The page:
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A Response to Those Who Call Being Gay a "Lifestyle"

Updated on January 15, 2017
social thoughts profile image

I have a B.A. in English with a minor in Gender and Sexuality Studies. I have been a goth since I was fourteen, and pagan since fifteen.

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I received a comment on one of my recent articles and deleted it. The reason? Even though it was partially a compliment for what I had written, it included the oh-so-homophobic phrase, "I don't agree with the gay lifestyle."

My question is, do these people truly not comprehend what they are saying? What is a gay lifestyle? If a gay person is living any kind of lifestyle, it's the closeted gays living a heterosexual lifestyle because they don't feel it is safe enough to be themselves. I can't think of too many heterosexual people who would willingly subject themselves to discrimination just for going out in public with the person they're dating because...they're of the same sex!

If you, the reader, are confused how calling homosexuality a "lifestyle" is offensive, let me break it down for you. I know it's a super complex concept—seeing different people as humans just living their lives—instead of harming you because they date the same sex. Perhaps, one of you could politely give me a logical explanation for how same-sex couples have any personal negative impact on your life.

By your definition, every sociological category is a lifestyle:

  • The "white" lifestyle vs. the "black" lifestyle
  • The "male" lifestyle vs. the "female" lifestyle
  • The "rich" lifestyle vs. the "poor" lifestyle

Are you understanding, yet, why this lacks sense?

Daniel-Ryan Spaulding made a video titled "If Gay Guys Said the Shit Straight People Say." Personally, I love videos like these because they get to the heart of the problem in just a few minutes. It seems more likely that the lgbt community would find these to be humorous and intelligent, and less likely that the homophobic community would expand their minds by recognizing what they believe is nonsense, but these videos are no less significant.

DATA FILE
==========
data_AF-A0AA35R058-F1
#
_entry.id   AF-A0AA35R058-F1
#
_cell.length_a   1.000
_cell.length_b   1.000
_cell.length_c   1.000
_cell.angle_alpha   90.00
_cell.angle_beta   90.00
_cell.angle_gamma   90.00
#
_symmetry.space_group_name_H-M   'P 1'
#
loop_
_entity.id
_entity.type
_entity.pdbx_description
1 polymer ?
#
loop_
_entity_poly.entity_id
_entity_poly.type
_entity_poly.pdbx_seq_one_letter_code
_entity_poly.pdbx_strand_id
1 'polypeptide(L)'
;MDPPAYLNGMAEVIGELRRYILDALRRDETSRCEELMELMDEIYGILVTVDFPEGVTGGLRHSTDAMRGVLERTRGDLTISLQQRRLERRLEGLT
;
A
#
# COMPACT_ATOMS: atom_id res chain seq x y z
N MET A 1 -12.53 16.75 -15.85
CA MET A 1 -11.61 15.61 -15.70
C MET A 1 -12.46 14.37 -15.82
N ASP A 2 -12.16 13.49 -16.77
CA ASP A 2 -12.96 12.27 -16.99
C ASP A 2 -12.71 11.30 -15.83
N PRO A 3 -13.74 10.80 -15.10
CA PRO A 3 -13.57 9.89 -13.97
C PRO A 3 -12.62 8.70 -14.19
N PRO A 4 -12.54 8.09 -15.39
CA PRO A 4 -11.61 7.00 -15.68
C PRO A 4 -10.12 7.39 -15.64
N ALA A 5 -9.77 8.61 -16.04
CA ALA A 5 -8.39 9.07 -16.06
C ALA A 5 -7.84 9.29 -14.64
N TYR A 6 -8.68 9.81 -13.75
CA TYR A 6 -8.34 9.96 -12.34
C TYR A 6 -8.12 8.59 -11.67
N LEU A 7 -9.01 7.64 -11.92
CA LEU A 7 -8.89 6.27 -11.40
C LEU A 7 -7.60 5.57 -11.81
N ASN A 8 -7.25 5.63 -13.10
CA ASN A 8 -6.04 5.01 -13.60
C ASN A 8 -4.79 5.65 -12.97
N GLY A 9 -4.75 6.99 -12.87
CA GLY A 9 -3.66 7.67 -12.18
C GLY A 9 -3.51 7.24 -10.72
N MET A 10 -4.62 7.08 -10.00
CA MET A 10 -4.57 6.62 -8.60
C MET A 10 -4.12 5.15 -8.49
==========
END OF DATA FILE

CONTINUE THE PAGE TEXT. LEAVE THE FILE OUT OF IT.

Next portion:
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Have you ever opened up to someone, and been told "I'll pray for you?"

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I'm going to use an example of the time I "came out" of the broom closet to someone who is religious. Ordinarily, I wouldn't tell someone who is religious the truth that I am no longer Christian, but considering it'd make it easier not to pretend anymore, I took the opportunity. First, I was pleasantly surprised to find she knows of my Goddess Isis, obviously from mythology and/or history, but then she said, "But I'll still pray for you."

The majority of people I tell this story to attempt to comfort me with the point of view that it is "not meant to be offensive," but that's what it is. It's sugar-coated discrimination. It's a polite way of saying, "You're wrong, so I am going to try to help you become who I think you should be." Religious people who say things like this are probably unaware that they're doing it; otherwise, maybe, just maybe, they'd abandon church so they could think for themselves—which each person is fully capable of doing. Going to church and gobbling up everything a leader says is a choice; being homosexual is not.

Why do I bring this up? It's the same thing as, "You're gay? Well, good for you, but I don't support the homosexual lifestyle."

You know what I don't support? The lifestyle according to a book that contradicts itself because it's full of warped versions of ancient pagan mythology while claiming to be against paganism—and by the way, paganism is in favor of same-sex relationships. So, Happy Yule!...I mean, Christmas; even though Jesus wasn't born in the winter; meanwhile, there is nothing in the bible about Jesus' opinion of homosexuals, but he thought prostitutes and other types of diverse groups were fine people to hang out with; therefore, I guess it makes sense he'd be against consensual love between two people who happen to be the same sex.

In case you missed it, that was sarcasm.